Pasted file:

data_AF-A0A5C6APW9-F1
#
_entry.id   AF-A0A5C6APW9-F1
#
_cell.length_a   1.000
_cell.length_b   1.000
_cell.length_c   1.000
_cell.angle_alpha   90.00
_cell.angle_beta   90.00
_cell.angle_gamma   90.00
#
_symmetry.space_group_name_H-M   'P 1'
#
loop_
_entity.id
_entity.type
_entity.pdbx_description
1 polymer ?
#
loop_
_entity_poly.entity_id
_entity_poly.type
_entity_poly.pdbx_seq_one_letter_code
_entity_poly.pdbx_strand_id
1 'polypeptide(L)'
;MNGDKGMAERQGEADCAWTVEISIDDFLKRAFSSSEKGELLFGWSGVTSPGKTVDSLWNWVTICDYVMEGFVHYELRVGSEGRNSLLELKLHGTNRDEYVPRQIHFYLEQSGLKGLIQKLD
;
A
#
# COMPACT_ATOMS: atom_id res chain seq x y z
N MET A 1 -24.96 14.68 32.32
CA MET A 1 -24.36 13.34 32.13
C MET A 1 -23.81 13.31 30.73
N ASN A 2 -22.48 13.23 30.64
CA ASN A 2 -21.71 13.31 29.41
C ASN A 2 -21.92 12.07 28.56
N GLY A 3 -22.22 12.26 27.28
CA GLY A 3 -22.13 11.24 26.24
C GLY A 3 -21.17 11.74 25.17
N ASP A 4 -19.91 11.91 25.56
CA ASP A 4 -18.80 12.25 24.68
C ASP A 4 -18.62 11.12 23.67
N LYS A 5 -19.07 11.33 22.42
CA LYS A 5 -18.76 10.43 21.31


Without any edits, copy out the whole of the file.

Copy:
data_AF-A0A5C6APW9-F1
#
_entry.id   AF-A0A5C6APW9-F1
#
_cell.length_a   1.000
_cell.length_b   1.000
_cell.length_c   1.000
_cell.angle_alpha   90.00
_cell.angle_beta   90.00
_cell.angle_gamma   90.00
#
_symmetry.space_group_name_H-M   'P 1'
#
loop_
_entity.id
_entity.type
_entity.pdbx_description
1 polymer ?
#
loop_
_entity_poly.entity_id
_entity_poly.type
_entity_poly.pdbx_seq_one_letter_code
_entity_poly.pdbx_strand_id
1 'polypeptide(L)'
;MNGDKGMAERQGEADCAWTVEISIDDFLKRAFSSSEKGELLFGWSGVTSPGKTVDSLWNWVTICDYVMEGFVHYELRVGSEGRNSLLELKLHGTNRDEYVPRQIHFYLEQSGLKGLIQKLD
;
A
#
# COMPACT_ATOMS: atom_id res chain seq x y z
N MET A 1 -24.96 14.68 32.32
CA MET A 1 -24.36 13.34 32.13
C MET A 1 -23.81 13.31 30.73
N ASN A 2 -22.48 13.23 30.64
CA ASN A 2 -21.71 13.31 29.41
C ASN A 2 -21.92 12.07 28.56
N GLY A 3 -22.22 12.26 27.28
CA GLY A 3 -22.13 11.24 26.24
C GLY A 3 -21.17 11.74 25.17
N ASP A 4 -19.91 11.91 25.56
CA ASP A 4 -18.80 12.25 24.68
C ASP A 4 -18.62 11.12 23.67
N LYS A 5 -19.07 11.33 22.42
CA LYS A 5 -18.76 10.43 21.31